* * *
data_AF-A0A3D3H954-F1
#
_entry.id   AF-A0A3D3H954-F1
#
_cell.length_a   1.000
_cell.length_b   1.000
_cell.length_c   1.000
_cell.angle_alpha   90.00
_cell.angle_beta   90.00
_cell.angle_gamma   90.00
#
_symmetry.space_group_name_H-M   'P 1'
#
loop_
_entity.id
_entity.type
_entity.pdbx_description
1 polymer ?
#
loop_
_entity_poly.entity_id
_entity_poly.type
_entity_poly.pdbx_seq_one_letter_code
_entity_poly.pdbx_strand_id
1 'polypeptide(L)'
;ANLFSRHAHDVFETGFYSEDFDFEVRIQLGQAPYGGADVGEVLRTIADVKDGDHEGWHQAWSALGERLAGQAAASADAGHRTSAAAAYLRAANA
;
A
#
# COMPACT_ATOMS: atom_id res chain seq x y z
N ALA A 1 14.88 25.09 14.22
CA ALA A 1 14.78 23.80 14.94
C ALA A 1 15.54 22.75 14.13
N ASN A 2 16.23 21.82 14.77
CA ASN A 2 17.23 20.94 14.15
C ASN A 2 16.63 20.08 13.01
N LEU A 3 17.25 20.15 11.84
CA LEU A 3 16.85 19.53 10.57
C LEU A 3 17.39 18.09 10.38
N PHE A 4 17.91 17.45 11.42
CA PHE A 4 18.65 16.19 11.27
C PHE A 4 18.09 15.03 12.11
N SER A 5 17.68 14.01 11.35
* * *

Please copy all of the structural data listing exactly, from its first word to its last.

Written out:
data_AF-A0A3D3H954-F1
#
_entry.id   AF-A0A3D3H954-F1
#
_cell.length_a   1.000
_cell.length_b   1.000
_cell.length_c   1.000
_cell.angle_alpha   90.00
_cell.angle_beta   90.00
_cell.angle_gamma   90.00
#
_symmetry.space_group_name_H-M   'P 1'
#
loop_
_entity.id
_entity.type
_entity.pdbx_description
1 polymer ?
#
loop_
_entity_poly.entity_id
_entity_poly.type
_entity_poly.pdbx_seq_one_letter_code
_entity_poly.pdbx_strand_id
1 'polypeptide(L)'
;ANLFSRHAHDVFETGFYSEDFDFEVRIQLGQAPYGGADVGEVLRTIADVKDGDHEGWHQAWSALGERLAGQAAASADAGHRTSAAAAYLRAANA
;
A
#
# COMPACT_ATOMS: atom_id res chain seq x y z
N ALA A 1 14.88 25.09 14.22
CA ALA A 1 14.78 23.80 14.94
C ALA A 1 15.54 22.75 14.13
N ASN A 2 16.23 21.82 14.77
CA ASN A 2 17.23 20.94 14.15
C ASN A 2 16.63 20.08 13.01
N LEU A 3 17.25 20.15 11.84
CA LEU A 3 16.85 19.53 10.57
C LEU A 3 17.39 18.09 10.38
N PHE A 4 17.91 17.45 11.42
CA PHE A 4 18.65 16.19 11.27
C PHE A 4 18.09 15.03 12.11
N SER A 5 17.68 14.01 11.35